Mister ten per cent…
Speaking at the recent CTIA conference in Las Vegas, Verizon ceo Denny Strigl said that his operator was moving ahead on all fronts. He had gone through the billing and back office integration issues many of his competitors had not. Using 1x Ev-Do gave him a technical advantage that would only be emphasised by implementing RevA and RevB releases of the technology, keeping the carrier a step ahead of those on the 3GPP migration path through HSDPA and HSUPA. Music, its Vcast service, was a real hit with users, and the operator is also definitely going to sign up with Qualcomm for its MediaFLO mobile TV service.
Yet, in stark opposition to this brave new world was the fact that the proportion of the operator’s revenues currently accounted for by data usage was 10%. Yikes — 10%, that’s less than pretty much every European operator, including your cut-price MVNOs. It’s half the more go-ahead operators. Granted, US operators are working with customers still just about resisting the massive addiction us Europeans have to the SMS. And most European operators won’t break out their messaging revenues from their other data service revenues, which probably speaks volumes. But even so, 10% — that’s an awful lot of music downloads to make up for what are bound to be, in the face of VoIP over free WLAN access, declining voice revenues. Perhaps Vodafone should take the money after all…
Alcatel and Lucent?
Regarding the above merger, can we just throw in another quote from our friend from above, Mr Denny Strigl. “We are delighted with the acquisition because we were getting a little concerned over the viability of some of our vendors,” he said. “We have invested heavily in Lucent and so anything that secures their future is welcome.”
Blimey, we hadn’t realised it was that bad. Sure the numbers were no good at Lucent, but questioning their very viability? It makes you wonder nasty surprises other equipment vendors out there who have been talking a good game but delivering little may have for us. In America especially it seems a given that vendor consolidation will have to follow operator consolidation. Over here, can we support Ericsson, Nokia, Siemens, Alcatel/ Lucent, Motorola, Nortel, Huawei and ZTE? A further warning signal came at the 21CN conference in London from the chap at BT in charge of implementing IMS. IMS purchases, he said, were not really that big a ticket. The associated challenges are greater, but spending on core IMS compliant equipment and servers is not going to be that larger. Which will have come as a kick in the balance sheets to all the many companies that have been fuelling the “IMS the next big ticket” hype. So next time you are being given the big IMS push, ask innocently how much investment will truly be made. After all, the man at BT doesn’t think it’s so big.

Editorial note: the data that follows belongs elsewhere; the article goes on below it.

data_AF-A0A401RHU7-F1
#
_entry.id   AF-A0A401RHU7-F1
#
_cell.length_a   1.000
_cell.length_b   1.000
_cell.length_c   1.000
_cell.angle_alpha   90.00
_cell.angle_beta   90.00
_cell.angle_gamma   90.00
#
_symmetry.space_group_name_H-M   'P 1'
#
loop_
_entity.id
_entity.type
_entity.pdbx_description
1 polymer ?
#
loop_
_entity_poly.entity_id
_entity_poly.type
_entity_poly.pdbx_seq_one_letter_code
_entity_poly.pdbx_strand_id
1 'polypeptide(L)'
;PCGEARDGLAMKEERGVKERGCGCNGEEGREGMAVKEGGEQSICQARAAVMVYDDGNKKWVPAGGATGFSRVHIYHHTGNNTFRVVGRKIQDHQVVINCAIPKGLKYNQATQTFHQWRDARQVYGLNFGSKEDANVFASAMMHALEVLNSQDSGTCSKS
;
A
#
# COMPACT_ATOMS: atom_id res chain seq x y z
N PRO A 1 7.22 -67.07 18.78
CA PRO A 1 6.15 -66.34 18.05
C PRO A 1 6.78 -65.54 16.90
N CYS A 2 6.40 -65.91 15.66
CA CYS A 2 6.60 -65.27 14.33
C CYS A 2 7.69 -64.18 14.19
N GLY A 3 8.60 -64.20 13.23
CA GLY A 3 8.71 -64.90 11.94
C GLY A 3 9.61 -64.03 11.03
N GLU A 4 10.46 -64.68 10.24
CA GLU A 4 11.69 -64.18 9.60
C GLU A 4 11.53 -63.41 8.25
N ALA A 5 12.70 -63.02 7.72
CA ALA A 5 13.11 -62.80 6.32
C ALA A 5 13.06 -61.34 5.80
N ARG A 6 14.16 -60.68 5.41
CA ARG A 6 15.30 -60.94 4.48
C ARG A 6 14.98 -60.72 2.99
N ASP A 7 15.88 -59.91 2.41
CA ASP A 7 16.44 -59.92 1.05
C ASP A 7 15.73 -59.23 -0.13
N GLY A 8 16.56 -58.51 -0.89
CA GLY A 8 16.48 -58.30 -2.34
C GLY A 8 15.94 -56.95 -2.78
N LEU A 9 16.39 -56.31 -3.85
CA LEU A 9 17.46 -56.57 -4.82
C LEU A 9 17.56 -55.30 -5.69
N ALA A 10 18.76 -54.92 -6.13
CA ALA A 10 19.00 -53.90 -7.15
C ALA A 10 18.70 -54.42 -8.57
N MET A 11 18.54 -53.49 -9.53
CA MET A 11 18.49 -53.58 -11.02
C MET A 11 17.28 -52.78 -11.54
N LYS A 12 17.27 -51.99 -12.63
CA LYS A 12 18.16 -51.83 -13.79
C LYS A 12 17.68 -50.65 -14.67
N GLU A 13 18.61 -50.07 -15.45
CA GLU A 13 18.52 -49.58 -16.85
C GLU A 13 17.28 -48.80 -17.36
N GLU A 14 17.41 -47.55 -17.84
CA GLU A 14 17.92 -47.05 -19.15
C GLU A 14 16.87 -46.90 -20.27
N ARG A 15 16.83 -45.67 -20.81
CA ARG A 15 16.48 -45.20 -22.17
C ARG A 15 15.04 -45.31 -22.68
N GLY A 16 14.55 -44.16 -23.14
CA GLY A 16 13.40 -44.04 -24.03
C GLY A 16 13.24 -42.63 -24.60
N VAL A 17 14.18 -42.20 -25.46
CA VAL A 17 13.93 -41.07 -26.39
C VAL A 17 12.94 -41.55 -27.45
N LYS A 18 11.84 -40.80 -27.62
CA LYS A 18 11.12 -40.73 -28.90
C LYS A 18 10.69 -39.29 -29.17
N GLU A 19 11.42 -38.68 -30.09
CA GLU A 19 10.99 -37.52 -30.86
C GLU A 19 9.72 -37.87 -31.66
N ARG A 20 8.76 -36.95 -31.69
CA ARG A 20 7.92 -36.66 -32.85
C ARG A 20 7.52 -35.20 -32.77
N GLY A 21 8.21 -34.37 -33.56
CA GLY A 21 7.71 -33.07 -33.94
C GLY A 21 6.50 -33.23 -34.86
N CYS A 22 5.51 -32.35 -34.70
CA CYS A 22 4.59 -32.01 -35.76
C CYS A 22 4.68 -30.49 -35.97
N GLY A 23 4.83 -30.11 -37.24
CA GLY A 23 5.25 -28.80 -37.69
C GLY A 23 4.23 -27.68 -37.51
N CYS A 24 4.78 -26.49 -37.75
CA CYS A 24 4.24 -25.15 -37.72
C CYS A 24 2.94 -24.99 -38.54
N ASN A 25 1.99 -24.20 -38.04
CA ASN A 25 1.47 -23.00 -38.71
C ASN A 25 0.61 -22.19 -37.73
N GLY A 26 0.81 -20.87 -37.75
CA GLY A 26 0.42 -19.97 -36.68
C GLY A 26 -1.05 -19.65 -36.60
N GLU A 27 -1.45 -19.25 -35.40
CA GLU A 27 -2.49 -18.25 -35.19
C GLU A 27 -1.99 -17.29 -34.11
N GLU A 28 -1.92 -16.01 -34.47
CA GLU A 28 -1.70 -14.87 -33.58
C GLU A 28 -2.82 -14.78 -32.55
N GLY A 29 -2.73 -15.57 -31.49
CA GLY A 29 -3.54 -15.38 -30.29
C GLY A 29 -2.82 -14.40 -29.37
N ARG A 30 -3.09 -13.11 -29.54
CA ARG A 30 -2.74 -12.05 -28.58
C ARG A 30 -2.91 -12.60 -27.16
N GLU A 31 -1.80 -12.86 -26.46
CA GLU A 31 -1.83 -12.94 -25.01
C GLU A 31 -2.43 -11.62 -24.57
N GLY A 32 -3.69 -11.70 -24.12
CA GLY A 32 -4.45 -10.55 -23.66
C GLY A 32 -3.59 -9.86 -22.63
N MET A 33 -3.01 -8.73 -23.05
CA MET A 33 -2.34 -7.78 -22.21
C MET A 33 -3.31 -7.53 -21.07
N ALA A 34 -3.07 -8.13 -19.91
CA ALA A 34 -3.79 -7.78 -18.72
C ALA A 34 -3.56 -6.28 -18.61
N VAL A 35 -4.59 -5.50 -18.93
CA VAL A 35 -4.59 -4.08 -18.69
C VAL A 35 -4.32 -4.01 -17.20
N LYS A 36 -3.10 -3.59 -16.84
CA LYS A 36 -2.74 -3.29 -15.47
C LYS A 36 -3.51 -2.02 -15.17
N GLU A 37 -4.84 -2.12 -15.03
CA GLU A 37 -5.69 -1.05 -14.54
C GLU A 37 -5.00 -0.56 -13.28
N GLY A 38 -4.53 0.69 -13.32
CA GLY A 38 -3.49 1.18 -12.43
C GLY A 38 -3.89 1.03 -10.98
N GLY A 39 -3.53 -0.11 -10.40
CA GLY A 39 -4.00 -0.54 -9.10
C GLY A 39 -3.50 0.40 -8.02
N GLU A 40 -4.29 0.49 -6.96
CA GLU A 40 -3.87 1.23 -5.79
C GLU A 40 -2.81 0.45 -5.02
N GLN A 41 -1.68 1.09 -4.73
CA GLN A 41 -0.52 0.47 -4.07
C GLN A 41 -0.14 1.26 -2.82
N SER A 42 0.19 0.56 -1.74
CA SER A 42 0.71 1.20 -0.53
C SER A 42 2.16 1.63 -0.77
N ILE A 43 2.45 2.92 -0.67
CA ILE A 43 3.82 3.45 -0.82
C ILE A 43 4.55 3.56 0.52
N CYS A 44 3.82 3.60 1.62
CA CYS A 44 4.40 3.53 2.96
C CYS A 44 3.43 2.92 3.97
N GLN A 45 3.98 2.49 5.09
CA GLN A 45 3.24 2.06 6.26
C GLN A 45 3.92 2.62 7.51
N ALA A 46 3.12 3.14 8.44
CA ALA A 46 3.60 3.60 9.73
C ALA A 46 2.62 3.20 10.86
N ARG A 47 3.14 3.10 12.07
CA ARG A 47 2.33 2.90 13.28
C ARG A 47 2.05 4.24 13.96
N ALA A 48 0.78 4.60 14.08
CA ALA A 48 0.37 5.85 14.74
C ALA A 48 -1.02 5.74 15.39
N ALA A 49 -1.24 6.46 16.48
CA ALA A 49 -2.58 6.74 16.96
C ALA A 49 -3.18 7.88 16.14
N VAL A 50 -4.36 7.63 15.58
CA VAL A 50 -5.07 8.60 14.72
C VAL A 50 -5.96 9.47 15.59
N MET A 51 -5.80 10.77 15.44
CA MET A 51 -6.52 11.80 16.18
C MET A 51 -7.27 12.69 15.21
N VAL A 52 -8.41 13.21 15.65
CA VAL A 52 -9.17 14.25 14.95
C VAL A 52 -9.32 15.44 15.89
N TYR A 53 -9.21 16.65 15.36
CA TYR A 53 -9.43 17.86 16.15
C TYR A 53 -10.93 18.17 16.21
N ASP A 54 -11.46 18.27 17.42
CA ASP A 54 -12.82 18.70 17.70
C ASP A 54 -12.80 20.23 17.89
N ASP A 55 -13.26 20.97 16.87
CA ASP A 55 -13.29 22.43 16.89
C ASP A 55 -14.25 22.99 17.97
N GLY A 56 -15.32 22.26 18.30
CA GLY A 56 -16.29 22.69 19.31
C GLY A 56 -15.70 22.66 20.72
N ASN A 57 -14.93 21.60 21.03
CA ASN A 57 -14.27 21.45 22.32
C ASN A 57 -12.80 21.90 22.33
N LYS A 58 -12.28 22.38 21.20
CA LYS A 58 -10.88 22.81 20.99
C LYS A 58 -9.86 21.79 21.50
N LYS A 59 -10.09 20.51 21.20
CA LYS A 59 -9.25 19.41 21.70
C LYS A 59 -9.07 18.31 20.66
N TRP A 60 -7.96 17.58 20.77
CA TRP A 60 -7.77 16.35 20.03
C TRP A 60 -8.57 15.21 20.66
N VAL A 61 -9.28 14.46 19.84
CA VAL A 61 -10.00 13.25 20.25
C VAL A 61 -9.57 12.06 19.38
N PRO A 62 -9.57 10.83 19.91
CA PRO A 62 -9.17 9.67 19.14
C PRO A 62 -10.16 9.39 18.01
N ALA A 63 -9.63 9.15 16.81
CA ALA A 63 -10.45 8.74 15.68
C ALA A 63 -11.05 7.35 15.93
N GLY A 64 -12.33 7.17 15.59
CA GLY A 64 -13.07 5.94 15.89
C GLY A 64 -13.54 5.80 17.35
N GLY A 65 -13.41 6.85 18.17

Welcome to our Russian readers
If you have picked up a copy of Mobile Europe at Svyaz Expo and are reading this — welcome to our magazine. We’re not seeking to tell you more than you undoubtedly already know about your own market, but felt the time was right for a connection with Mobile Europe, which has always carried a balance of news and articles covering the entire continent’s mobile markets. There’s no doubt that investors view Russia as a great current opportunity, and also see the opportunity to leapfrog right to the latest and best technology (see Celltick news story, page 8). The high profile issues of ownership involving Alpha Group and Telenor (page 7) shouldn’t obscure what is a vital market for European hardware and software vendors, or put off all interested in the transformative power of mobile telecommunications. There’s also a lot happening in the rest of Europe that we thought readers in Russia would be interested in hearing about. If you would like to continue to do so you can reach us at www.mobileeurope.co.uk